State faces enormous data challenges in health, says Varadkar
In first public duty, Taoiseach says service requires huge investment in technology
Leo Varadkar addressing the Data Summit in Dublin, his first public appearance at an event as Taoiseach. Photograph: Alan Betson/The Irish Times
Minister ofr State for Data Protection Dara Murphy, Taoiseach Leo Varadkar and Adrienne Harrington, Head of Data Protection Unit at the Department of the Taoiseach, at the Data Summit in Dublin. Photograph: Alan Betson/The Irish Times
Taoiseach Leo Varadkar has carried out his first public duty, opening the government’s Data Summit at the Convention Centre in Dublin.
Mr Varadkar told about 1,000 attendees at the two-day event organised by his department there was a need to broaden the conversation about the role of data in our society.
“Data in itself is neither good nor bad, but how we use it is very significant. Data can enrich our lives and also benefit society. It can be used to fight disease, deliver personalised and effective healthcare and also to prevent crime, deliver much more efficient transport and emergency services and help us to build smart cities. And it can of course also be misused. We are all familiar with the stories of cyberattacks, identity theft, data leaks and data abuse,” he said.
But he said his own experience of ministries in transport, health and social protection had shown him the real value of data in informing policy and delivering better services.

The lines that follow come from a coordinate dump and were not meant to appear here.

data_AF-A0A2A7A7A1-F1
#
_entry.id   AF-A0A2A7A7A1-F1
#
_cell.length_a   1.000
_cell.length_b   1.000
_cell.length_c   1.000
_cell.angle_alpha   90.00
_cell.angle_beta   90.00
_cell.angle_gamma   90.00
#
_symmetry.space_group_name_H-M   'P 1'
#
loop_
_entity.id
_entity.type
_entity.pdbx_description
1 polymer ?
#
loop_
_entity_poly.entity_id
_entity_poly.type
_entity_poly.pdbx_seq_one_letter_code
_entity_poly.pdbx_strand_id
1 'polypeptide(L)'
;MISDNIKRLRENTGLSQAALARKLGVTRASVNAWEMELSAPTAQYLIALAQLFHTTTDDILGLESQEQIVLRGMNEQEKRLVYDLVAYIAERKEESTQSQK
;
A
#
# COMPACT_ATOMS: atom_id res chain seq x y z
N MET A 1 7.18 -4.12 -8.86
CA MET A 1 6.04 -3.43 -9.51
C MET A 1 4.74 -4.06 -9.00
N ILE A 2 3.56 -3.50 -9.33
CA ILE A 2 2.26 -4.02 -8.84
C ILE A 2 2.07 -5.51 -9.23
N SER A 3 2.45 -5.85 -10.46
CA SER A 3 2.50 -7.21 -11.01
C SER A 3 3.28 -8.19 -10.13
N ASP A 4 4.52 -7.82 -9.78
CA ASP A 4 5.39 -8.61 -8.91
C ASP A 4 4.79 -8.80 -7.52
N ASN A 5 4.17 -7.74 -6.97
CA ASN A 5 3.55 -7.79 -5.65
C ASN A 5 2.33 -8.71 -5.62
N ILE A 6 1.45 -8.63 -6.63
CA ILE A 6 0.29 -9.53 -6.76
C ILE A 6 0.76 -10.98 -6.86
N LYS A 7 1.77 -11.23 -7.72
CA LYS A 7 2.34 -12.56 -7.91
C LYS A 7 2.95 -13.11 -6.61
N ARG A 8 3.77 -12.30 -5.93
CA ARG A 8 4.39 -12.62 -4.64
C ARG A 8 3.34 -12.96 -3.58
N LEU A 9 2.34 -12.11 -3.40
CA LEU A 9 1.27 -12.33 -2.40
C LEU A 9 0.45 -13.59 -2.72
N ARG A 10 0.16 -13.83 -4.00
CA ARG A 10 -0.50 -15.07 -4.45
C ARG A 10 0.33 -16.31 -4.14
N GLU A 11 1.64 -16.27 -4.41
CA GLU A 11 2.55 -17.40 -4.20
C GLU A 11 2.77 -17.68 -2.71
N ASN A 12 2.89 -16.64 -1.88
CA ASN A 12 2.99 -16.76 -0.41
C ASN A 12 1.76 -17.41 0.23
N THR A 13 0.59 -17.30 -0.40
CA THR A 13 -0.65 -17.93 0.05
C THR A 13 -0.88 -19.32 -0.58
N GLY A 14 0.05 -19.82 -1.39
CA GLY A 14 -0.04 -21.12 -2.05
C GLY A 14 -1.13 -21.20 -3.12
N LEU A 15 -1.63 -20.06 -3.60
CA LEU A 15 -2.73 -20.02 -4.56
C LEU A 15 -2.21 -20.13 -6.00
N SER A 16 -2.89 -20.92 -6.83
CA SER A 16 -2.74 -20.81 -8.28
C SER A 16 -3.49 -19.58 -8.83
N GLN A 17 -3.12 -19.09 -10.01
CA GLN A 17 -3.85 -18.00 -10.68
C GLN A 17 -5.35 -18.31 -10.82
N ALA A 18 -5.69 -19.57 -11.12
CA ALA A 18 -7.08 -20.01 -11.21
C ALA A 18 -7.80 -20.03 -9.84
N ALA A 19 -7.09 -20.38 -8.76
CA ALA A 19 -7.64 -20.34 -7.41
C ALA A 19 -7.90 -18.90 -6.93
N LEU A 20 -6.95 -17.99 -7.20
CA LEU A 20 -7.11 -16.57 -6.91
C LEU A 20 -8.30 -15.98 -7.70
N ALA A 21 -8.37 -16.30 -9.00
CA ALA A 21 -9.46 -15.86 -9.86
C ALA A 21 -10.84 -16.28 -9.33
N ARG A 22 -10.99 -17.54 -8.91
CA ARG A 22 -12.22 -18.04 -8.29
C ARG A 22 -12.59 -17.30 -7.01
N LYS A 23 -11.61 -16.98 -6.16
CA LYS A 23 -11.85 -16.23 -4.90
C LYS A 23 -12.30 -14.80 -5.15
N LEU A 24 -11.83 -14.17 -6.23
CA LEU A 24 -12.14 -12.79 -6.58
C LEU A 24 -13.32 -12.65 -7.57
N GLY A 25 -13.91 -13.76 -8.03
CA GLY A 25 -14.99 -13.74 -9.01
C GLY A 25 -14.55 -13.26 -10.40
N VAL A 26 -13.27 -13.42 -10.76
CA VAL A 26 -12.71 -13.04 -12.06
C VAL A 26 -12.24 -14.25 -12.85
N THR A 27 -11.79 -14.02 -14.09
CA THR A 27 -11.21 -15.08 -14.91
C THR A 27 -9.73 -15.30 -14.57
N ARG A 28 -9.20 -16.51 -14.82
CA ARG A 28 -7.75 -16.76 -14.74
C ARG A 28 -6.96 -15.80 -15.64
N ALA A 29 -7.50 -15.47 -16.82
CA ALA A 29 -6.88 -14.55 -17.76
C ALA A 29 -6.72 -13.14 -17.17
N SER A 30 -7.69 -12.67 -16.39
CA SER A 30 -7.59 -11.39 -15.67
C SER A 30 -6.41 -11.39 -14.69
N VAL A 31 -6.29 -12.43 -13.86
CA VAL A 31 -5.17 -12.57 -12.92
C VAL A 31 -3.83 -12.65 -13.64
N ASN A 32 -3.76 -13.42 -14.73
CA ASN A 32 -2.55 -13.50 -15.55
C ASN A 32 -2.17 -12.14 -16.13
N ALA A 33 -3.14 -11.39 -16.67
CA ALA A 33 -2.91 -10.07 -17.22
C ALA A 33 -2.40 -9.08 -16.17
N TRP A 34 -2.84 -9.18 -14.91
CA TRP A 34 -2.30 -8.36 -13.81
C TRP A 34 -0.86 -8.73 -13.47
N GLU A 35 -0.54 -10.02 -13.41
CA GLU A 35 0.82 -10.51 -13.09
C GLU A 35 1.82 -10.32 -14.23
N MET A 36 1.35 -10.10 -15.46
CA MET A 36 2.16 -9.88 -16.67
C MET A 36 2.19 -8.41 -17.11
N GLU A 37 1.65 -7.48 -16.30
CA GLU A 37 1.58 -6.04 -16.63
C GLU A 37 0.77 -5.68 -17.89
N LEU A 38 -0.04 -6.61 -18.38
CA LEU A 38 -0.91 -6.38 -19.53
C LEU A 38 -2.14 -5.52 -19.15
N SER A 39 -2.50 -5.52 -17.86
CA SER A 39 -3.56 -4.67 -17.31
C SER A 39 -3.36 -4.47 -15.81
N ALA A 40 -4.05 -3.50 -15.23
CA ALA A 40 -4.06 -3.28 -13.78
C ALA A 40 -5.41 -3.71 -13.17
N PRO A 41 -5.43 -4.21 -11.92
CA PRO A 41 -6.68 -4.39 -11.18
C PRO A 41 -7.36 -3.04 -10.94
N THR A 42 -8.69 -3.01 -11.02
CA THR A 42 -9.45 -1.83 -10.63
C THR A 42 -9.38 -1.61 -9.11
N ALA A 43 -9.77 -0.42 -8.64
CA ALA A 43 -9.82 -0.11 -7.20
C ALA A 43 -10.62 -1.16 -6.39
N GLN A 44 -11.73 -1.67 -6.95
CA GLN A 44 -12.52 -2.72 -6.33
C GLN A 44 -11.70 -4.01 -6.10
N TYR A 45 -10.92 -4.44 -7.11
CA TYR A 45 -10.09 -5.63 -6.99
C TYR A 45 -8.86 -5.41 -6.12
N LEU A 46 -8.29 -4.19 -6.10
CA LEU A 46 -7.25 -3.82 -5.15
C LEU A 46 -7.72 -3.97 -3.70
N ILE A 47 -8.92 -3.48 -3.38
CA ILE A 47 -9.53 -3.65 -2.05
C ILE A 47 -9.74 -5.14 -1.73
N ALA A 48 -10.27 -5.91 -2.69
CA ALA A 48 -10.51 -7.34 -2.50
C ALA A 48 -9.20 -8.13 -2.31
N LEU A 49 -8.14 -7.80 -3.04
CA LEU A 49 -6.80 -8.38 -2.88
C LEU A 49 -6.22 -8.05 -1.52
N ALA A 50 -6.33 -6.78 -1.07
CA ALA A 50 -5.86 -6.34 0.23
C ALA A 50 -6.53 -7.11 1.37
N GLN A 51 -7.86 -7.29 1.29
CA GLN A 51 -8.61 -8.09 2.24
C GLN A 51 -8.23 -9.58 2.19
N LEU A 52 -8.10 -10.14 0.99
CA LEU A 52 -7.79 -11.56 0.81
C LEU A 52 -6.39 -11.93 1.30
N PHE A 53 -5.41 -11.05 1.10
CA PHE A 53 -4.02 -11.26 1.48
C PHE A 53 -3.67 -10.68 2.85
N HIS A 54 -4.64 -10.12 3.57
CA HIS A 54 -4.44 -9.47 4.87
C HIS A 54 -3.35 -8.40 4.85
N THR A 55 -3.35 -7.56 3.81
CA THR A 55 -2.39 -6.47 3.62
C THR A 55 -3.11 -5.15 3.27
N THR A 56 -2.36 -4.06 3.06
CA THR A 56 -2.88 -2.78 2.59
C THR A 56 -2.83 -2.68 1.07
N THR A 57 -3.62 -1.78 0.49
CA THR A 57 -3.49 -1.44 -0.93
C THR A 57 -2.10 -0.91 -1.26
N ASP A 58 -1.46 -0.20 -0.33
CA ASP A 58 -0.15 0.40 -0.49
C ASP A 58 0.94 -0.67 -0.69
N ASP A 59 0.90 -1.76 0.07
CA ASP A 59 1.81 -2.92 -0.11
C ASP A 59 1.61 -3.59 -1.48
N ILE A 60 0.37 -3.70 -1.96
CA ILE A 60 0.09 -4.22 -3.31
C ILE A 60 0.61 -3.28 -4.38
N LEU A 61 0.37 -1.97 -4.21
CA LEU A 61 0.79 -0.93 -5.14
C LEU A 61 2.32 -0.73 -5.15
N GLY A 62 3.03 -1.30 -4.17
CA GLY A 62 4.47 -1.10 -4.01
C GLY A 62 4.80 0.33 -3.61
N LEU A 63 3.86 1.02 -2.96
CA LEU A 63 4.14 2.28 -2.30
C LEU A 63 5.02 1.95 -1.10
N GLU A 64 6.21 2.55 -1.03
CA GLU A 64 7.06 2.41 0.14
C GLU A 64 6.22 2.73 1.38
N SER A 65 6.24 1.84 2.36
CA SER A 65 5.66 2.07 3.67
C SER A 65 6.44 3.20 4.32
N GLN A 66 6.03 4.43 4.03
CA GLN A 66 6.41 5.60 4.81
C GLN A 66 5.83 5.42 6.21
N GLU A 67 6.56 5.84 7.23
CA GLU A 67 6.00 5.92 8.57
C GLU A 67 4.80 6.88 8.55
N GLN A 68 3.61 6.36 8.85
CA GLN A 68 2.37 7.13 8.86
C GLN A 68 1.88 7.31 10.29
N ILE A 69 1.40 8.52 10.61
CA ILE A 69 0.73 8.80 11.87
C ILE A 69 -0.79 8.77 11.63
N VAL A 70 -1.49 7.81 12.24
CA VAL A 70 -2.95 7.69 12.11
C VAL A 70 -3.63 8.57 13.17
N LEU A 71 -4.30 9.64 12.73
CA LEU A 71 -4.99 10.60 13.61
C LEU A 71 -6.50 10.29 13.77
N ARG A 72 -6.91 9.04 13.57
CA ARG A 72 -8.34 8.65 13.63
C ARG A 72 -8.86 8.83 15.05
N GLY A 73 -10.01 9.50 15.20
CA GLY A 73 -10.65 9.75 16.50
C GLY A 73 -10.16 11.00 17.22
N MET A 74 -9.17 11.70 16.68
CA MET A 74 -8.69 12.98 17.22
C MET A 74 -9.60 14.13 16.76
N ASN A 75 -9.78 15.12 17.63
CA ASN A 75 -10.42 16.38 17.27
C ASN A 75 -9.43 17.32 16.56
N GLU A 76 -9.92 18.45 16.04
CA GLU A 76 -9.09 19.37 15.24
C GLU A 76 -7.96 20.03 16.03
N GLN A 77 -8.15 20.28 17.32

Mr Varadkar said there were “enormous data challenges” in health in the State.
He said information and computing technology was “just not very well developed” in health. The Government had been trying to push forward a unique health identifier for all citizens but that project was “progressing very slowly”.
“I don’t really think we will overcome the kind of problems we have in our health service in Ireland without a very significant investment in ICT, being able to retain and collect data properly so we can actually understand our patients,” he said.
“We often talk about the money following the patient, but when you don’t have the right information systems in place you can’t follow either the money or the patient and that becomes a huge difficulty when we try to plan our health services.”
Mr Varadkar also spoke of the challenges and opportunities created by the new EU legal framework on data protection, the General Data Protection Regulation.
The event partners include all the main data multinationals based in the State.
Minister of State for Data Protection and European Affairs Dara Murphy said the potential for data and technology to improve the daily lives of our people and citizens and to tackle challenges such as climate change and ageing populations were at the heart of the event.
She said we had to understand that with a largely principles-based law the answers were not automatically black and white.
She said we were living through change that was well beyond the velocity of the previous global industrial revolutions.
A myriad of new challenges had arisen, such as cyberbullying, revenge porn, children suing their parents for posting their baby pictures online, fake news and online radicalisation.
But equally we had seen the benefits of online technology and how fewer people across the globe now lived in extreme poverty thanks to the links brought by technology and globalisation.
We also had a better understanding of climate change and how to deal with hospital infections and we could now pick up genetic markers linked to cancer.
Ms Dixon said one of the things the democratisation of publishing, in particular through social media, had led to was “something of a diminution of the status of real expertise and consequently to a loss of nuance in debate”.